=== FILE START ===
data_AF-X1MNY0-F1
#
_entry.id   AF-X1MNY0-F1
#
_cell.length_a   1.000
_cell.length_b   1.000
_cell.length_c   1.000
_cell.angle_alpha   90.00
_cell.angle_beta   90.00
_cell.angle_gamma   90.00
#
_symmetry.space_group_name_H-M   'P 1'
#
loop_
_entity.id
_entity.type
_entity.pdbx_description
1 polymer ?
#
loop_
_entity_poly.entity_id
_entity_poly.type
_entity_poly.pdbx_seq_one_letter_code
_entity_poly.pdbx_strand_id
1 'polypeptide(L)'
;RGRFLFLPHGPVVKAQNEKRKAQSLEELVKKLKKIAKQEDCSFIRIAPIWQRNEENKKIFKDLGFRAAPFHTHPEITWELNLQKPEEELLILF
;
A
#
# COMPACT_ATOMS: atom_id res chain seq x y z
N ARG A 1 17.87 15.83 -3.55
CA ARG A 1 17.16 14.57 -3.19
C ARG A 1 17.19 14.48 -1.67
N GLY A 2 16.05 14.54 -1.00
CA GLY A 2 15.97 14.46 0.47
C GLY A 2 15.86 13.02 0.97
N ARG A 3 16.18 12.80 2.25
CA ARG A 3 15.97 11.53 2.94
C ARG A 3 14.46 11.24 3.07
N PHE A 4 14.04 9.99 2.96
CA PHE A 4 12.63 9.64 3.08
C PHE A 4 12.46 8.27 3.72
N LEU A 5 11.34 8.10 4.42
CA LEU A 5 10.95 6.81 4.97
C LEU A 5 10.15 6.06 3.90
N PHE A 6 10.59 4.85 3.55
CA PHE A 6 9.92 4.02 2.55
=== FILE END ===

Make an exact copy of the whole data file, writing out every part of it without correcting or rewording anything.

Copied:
data_AF-X1MNY0-F1
#
_entry.id   AF-X1MNY0-F1
#
_cell.length_a   1.000
_cell.length_b   1.000
_cell.length_c   1.000
_cell.angle_alpha   90.00
_cell.angle_beta   90.00
_cell.angle_gamma   90.00
#
_symmetry.space_group_name_H-M   'P 1'
#
loop_
_entity.id
_entity.type
_entity.pdbx_description
1 polymer ?
#
loop_
_entity_poly.entity_id
_entity_poly.type
_entity_poly.pdbx_seq_one_letter_code
_entity_poly.pdbx_strand_id
1 'polypeptide(L)'
;RGRFLFLPHGPVVKAQNEKRKAQSLEELVKKLKKIAKQEDCSFIRIAPIWQRNEENKKIFKDLGFRAAPFHTHPEITWELNLQKPEEELLILF
;
A
#
# COMPACT_ATOMS: atom_id res chain seq x y z
N ARG A 1 17.87 15.83 -3.55
CA ARG A 1 17.16 14.57 -3.19
C ARG A 1 17.19 14.48 -1.67
N GLY A 2 16.05 14.54 -1.00
CA GLY A 2 15.97 14.46 0.47
C GLY A 2 15.86 13.02 0.97
N ARG A 3 16.18 12.80 2.25
CA ARG A 3 15.97 11.53 2.94
C ARG A 3 14.46 11.24 3.07
N PHE A 4 14.04 9.99 2.96
CA PHE A 4 12.63 9.64 3.08
C PHE A 4 12.46 8.27 3.72
N LEU A 5 11.34 8.10 4.42
CA LEU A 5 10.95 6.81 4.97
C LEU A 5 10.15 6.06 3.90
N PHE A 6 10.59 4.85 3.55
CA PHE A 6 9.92 4.02 2.55